Much like the overall economy, the current, post recovery housing market looks much different than it has in the past. According to The State of the Nation’s Housing 2016, the blockbuster annual report from Harvard’s Joint Study for Housing Studies (JCHS), while the hangover from the recession has cleared up, the housing industry, which has the potential to become a massive economic engine, hasn’t yet reached full speed.
Numerous issues, both temporary hurdles and new structural challenges, stand in the way of the sector fully bouncing back. While the nation saw 1.1 million new units added last year, that significant number is still approaching record lows, highlighting factors that challenge future growth, including a shift towards renting over buying (36 percent of families now rent). A slowdown in new homes, and more rental families, suggests there may be significant room for expansion. Residential fixed investment (including homeowner improvements) accounted for just 2.8 percent of annual GDP so far this decade; in the ‘80s and ‘90s, it averaged 4.3 percent. The gradual reduction in household formation—half the average number of new households have formed over the last few years—shows the difficulties facing young adults and immigrants, and why more aren’t becoming new homeowners.
But within that challenge lies a potential opportunity. Despite the now-wavering recovery, the JCHS believes housing can become "an engine of growth," averaging 1.6 million units a year for the foreseeable future, as older units are replaced, millennials settle down, and the demand for vacation homes remains consistent.
Housing Starts Show Attempt to Catch Up With Demand
The housing market shows little sign of slowing down, but there are signals the construction and building industries are beginning to react to surging demand, especially in urban areas. Single-family housing starts jumped 10.5 percent over last year, with 715,000 new homes under construction last year, and especially strong gains in metro areas such as Dallas, Los Angeles, Miami, New York, San Diego, and San Francisco, which all posted 15 percent gains. These new additions to the housing stock also included more multifamily rental options; 370,000 new units in this category were started last year.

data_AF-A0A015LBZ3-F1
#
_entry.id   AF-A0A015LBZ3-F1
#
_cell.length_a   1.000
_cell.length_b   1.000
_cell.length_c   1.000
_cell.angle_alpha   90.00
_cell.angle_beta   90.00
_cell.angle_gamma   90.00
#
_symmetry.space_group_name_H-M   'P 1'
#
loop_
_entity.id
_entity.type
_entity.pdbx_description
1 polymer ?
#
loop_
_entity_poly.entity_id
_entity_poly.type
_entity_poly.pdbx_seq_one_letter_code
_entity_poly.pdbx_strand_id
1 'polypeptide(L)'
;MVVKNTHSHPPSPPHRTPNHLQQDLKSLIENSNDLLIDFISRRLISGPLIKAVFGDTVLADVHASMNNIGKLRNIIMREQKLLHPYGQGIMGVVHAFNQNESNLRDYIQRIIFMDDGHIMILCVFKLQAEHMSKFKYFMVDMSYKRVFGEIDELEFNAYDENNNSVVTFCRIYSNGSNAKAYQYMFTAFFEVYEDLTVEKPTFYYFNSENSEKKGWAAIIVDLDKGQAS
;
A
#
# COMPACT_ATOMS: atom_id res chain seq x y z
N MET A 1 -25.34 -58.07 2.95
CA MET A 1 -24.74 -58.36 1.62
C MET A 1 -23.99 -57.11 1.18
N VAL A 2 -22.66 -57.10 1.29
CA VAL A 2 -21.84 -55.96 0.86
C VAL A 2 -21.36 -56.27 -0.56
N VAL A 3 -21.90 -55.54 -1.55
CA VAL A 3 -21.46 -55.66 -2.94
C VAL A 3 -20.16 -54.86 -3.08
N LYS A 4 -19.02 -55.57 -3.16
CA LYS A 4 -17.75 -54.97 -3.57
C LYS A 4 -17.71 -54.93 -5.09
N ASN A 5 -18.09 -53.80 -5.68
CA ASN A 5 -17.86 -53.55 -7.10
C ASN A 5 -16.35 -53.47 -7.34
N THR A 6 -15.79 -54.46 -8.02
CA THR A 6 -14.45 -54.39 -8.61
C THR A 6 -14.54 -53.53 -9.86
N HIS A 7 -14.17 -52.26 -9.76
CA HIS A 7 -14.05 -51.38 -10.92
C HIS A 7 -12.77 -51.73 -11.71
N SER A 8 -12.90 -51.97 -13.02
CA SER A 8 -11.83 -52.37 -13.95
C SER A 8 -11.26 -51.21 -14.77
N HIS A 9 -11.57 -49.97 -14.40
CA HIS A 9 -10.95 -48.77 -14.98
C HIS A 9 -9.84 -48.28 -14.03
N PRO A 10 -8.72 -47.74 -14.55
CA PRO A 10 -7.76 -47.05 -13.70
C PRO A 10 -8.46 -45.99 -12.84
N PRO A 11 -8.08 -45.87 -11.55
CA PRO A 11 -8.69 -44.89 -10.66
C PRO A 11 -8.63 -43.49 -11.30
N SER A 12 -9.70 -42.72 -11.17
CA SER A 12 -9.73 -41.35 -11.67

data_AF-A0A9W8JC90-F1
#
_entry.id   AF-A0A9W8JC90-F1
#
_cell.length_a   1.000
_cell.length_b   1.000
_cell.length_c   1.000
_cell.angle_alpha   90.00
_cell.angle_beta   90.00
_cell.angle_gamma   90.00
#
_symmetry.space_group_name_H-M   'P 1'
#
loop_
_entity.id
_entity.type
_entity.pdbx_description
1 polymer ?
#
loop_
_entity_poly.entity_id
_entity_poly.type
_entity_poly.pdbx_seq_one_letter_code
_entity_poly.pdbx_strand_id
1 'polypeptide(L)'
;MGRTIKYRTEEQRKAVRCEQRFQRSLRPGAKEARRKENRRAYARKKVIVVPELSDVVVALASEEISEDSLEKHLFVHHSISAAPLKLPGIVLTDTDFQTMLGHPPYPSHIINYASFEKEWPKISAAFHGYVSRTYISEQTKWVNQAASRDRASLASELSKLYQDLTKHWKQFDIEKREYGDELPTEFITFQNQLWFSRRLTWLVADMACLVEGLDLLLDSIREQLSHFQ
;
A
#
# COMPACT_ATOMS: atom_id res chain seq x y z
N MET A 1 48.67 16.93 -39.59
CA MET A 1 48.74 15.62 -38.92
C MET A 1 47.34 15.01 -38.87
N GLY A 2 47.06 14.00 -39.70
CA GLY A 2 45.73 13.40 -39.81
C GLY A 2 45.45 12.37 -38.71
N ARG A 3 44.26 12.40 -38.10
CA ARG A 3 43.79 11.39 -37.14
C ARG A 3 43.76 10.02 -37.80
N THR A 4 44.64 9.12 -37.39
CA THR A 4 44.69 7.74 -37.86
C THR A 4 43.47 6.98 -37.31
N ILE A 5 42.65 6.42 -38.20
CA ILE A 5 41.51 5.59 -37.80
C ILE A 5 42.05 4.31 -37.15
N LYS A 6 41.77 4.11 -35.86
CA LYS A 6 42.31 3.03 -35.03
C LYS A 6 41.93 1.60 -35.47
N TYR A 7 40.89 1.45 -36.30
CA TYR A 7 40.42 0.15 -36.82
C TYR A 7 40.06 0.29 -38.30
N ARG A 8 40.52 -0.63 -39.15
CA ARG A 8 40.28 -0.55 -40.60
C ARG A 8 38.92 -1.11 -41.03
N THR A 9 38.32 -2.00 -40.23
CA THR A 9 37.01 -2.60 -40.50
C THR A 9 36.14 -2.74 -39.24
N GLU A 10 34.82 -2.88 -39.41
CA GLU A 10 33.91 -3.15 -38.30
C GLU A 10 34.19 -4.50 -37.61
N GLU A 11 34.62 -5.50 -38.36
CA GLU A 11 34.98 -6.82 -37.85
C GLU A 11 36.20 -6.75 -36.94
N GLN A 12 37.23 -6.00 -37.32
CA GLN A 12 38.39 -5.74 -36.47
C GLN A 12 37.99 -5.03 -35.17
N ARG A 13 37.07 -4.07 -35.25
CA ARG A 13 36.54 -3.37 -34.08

"Tight mortgage credit, the decade-long falloff in incomes that is only now ending, and a limited supply of homes for sale are all keeping households—especially first-time buyers—on the sidelines," according to Chris Herbert, managing director of the Joint Center for Housing Studies. " And even though a rebound in home prices has helped to reduce the number of underwater owners, the large backlog of foreclosures is still a serious drag on homeownership."
Homeownership’s Slow But Steady Recovery
Despite the headwinds of the last few years—a challenging mortgage market, rising student debt loads among potential young homebuyers, foreclosures, the recession—homeownership has begun to bounce back. Money, of course, is a prime driver for ownership, and considering sky-high prices in many markets, the real decline in income among young buyer underlies their inability to buy a starter home. Between 2000 and 2014, there has been an 18 percent drop in real incomes among 25–34 year olds, and a 9 percent decline among 35–44 year olds. In short, the demand is there, but for many, financing remains a challenge.
Rising Rents Creating Historic Cost Pressures, And Assistance is Lagging
While the trailing off of the foreclosure crisis means less owners are straining to pay their mortgages, the scene is very different in the rental market, which continues its explosive growth. Between 2008 to 2014, the number of cost-burdened households rose to 21.3 million, with 11.4 million—a record high—considered severely burdened, meaning they’re paying 50 percent or more of their income for rent. While rapidly rising prices shift the entire market, low-income renters have been under the worst pressure. Underlining the incredible constraints and stress pushing on the low-income market, the report found that, besides a few outliers, most markets are facing a situation where at least half of low-income renters face severe housing cost burdens.
What’s troubling is that the federal response has been waning, failing to grow to meet this massive challenge. Assistance from the Department of Housing and Urban Development (HUD) has actually shrunk overall; the number of families receiving aid has fallen by 159,000 from 2007 to 2013, with a loss of project-based housing units offsetting the increase in housing vouchers. The report noted that only one in four income-eligible renters receives assistance of any kind; the National Low Income Housing Coalition estimates that only 57 units were affordable and available for every 100 very low-income renters in 2014 (the disparity gets worse for extremely low-income renters, where only 31 of every 100 units within their reach).
We’re Facing an Affordable Housing Crisis: Time to Act
The report doesn’t shy away from saying we’re in the midst of an affordability crisis. Perhaps the most damning fact: the number of those living in concentrated poverty has doubled from 2000 to 2014, from 6.5 million to 13.7 million. While segregation and discrimination has disproportionately, the substantial impact has been felt across all racial and ethnic groups. Without intervention of change, this issue presents a host of long-term health, education, and economic problems.